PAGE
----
Seniors from Pleasantville High School got a glimpse of everyday life in a trauma ward Friday as part of a new program called 3D that’s geared toward educating teens on safe behaviors.

The group of 19 teenagers was the first to participate in the project established by the trauma center and related units at Atlanticare Regional Medical Center’s City Campus in Atlantic City.

A tour of the different units and detailed accounts of trauma incidents experienced each day at the hospital helped educate the teens. Students also participated in hands-on activities related to CPR and transferring a body with possible spinal or neck injuries. The tour of the hospital’s units included the trauma bay, morgue, blood bank and ICU.

“I’m glad they are going into this much depth and sharing down-to-Earth stories about kids their age. Like they told them, ‘This is where your parents will come to identify you’ in the morgue. And the reiteration of ‘We don’t want to see you here,’” said Michelle Stevenson, a health and physical education teacher at the high school. “Whoever came up with this idea, it was long-overdue — so, kudos to them.”

Lindsey Heacook and Dr. Kelly Willman from the trauma center told students exactly what their experiences had been with patients their age. At the beginning of the day, some students had expressed an interest in the medical field.

“I overheard someone say in the hallway that they don’t think they want to be a nurse anymore,” Stevenson said later in the tour.

The teens seemed affected by the visit to the morgue, as Heacook answered questions about the setup of the huge freezer — including how many bodies it could hold and the way they are organized. While the students did not get an actual peek inside, the images of parents coming to identify dead bodies, toe tags and bodies of infants left frozen for months was enough to make some leave the room — one in tears — before the discussion was over.

“It is the worst part of my job to tell your parents, ‘You won’t see your child graduate,’” Willman said.

“I don’t want to ever see you here,” she told the students.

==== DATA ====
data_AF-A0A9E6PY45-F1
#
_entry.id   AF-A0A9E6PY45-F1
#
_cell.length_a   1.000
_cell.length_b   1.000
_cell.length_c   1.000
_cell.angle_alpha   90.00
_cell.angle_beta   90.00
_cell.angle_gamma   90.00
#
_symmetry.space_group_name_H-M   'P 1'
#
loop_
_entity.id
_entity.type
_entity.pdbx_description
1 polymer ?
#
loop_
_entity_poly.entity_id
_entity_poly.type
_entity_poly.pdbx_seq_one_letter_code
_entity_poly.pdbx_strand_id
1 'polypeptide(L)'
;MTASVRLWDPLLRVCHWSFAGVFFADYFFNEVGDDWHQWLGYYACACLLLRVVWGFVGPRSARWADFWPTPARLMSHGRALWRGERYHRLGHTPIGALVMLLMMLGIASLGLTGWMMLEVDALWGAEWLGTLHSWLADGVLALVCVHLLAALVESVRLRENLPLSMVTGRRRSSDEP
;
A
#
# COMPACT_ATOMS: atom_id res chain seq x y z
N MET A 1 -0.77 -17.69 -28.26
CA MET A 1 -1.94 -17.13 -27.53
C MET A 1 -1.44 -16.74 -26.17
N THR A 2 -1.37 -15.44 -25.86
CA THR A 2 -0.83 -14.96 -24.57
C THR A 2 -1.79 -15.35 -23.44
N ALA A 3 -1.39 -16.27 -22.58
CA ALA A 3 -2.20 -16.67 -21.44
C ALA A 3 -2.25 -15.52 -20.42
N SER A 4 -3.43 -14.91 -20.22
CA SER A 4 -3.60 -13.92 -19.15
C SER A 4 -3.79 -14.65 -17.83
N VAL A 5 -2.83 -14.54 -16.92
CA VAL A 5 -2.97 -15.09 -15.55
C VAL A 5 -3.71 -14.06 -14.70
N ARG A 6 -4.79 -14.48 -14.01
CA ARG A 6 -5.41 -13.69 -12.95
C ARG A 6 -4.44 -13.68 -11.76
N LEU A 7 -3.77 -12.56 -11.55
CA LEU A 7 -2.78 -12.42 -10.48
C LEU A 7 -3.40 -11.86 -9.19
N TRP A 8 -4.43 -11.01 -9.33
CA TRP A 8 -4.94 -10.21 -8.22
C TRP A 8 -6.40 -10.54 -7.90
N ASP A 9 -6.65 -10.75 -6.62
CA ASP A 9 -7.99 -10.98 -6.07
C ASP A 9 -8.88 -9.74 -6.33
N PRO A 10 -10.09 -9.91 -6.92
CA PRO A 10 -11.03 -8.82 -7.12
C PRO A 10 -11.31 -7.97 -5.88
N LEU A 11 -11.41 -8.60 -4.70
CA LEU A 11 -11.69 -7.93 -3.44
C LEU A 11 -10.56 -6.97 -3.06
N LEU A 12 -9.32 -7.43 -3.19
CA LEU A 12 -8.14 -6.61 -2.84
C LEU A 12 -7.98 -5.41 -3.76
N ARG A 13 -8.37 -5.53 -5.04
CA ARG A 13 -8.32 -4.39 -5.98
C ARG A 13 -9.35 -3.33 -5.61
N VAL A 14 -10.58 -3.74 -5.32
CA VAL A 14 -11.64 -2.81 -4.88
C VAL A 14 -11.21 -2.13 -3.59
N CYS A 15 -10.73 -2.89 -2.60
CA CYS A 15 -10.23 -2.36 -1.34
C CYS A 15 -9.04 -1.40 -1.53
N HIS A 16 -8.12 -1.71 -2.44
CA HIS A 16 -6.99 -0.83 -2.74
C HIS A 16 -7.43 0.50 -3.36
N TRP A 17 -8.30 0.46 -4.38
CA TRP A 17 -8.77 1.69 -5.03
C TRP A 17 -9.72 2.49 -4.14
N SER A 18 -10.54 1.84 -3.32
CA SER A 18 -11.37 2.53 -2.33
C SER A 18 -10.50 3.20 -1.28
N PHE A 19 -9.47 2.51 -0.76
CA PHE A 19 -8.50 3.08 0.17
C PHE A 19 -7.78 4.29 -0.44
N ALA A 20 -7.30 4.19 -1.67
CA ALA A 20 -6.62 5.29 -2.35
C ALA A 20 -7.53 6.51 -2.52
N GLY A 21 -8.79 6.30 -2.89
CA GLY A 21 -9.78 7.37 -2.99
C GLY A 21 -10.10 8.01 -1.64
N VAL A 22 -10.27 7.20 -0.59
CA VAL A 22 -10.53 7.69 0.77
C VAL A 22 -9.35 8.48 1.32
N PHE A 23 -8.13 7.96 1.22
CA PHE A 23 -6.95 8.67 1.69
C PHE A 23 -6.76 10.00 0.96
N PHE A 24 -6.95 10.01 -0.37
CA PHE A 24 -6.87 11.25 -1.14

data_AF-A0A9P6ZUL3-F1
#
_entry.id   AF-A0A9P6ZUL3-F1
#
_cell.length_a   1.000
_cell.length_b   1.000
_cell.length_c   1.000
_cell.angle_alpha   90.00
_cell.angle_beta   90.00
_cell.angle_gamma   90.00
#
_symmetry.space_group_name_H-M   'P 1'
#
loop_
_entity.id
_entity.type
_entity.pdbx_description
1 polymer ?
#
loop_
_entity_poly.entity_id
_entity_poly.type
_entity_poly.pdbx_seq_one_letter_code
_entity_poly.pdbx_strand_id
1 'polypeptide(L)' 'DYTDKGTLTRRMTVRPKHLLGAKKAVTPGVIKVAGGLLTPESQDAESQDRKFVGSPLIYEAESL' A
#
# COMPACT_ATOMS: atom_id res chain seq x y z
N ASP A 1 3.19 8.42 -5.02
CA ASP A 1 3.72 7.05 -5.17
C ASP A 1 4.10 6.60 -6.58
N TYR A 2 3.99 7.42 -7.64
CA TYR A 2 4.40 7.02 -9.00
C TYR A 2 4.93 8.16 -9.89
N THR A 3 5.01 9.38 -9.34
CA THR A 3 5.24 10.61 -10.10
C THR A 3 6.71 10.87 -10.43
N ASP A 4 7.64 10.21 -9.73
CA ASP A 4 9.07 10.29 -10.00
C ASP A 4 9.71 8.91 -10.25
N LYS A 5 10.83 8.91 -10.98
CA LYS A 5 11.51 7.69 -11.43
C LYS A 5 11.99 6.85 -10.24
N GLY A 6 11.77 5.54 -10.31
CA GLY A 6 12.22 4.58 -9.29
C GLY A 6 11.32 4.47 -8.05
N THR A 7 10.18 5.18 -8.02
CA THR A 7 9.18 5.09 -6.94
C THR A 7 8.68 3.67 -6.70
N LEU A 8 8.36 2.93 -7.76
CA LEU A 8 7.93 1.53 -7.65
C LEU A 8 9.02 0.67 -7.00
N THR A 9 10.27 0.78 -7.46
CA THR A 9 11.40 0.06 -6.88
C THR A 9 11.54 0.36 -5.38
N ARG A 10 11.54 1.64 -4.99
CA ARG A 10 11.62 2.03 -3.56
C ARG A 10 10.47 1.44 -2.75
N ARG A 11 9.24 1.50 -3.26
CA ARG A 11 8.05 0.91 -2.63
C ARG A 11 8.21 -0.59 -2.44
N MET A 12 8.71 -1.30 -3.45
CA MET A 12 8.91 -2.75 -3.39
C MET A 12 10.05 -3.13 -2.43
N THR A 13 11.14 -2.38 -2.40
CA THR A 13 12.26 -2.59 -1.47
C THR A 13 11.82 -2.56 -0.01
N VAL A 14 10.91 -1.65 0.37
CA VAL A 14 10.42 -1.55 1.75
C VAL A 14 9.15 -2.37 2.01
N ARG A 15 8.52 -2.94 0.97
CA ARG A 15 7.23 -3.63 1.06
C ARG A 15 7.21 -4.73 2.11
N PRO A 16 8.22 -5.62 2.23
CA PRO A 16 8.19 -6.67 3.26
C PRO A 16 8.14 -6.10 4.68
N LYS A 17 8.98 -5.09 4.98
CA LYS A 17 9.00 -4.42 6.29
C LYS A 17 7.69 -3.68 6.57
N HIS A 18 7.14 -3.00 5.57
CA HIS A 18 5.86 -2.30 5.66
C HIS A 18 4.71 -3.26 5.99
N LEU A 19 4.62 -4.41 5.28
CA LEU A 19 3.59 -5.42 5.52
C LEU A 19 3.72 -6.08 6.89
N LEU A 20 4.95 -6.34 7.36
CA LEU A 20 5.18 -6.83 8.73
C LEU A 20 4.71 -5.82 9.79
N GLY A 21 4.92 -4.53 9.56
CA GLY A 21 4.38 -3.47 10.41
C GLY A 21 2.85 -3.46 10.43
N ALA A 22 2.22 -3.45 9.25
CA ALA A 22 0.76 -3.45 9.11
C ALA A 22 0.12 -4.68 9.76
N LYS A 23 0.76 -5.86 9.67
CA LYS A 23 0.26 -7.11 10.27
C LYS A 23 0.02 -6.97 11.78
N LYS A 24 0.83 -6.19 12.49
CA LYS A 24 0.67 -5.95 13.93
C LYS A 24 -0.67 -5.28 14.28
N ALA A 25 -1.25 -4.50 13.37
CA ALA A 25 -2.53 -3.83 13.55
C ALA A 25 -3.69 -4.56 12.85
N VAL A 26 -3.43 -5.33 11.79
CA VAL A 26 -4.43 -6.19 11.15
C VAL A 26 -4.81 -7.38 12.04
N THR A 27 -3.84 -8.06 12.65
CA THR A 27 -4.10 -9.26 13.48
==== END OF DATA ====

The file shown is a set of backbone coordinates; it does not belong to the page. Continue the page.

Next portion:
Often, teens think they are invincible and that there are no consequences for engaging in risky behaviors, said Heacook and Monica Titus, trauma program director.

“We want them to get out of the ‘it won’t happen to me’ mentality,” said Heacook, a trauma outreach coordinator. “Teenagers tend to take more risks, and these are at the age where they are going to proms and parties.”

The program was created as a community education program to include and target teenagers in the community, a population that was not previously focused on.

“We have an infant-education program and an elderly program, but nothing for teenagers. There was a gap, and we needed a program to address that group,” Heacook said.

“It was good we got to see the ins and outs, because when you visit the hospital you only see the elevator and then whoever you come to visit. I didn’t know this place had a morgue and a pharmacy,” said 18-year-old Edwin Chaparro.

Miss Atlantic County also made an appearance to tell her peers about the dangers of texting and driving. Her interest stems from a campaign she began before getting into pageantry, said Lindsey Giannini,18. She was able to put signs up in her hometown of Hammonton to warn against texting and driving, and is now trying to get the signs supported by legislators for more widespread use.

“Really, these kids are amazing,” Heacook said. “They are very engaged and are asking great questions.”

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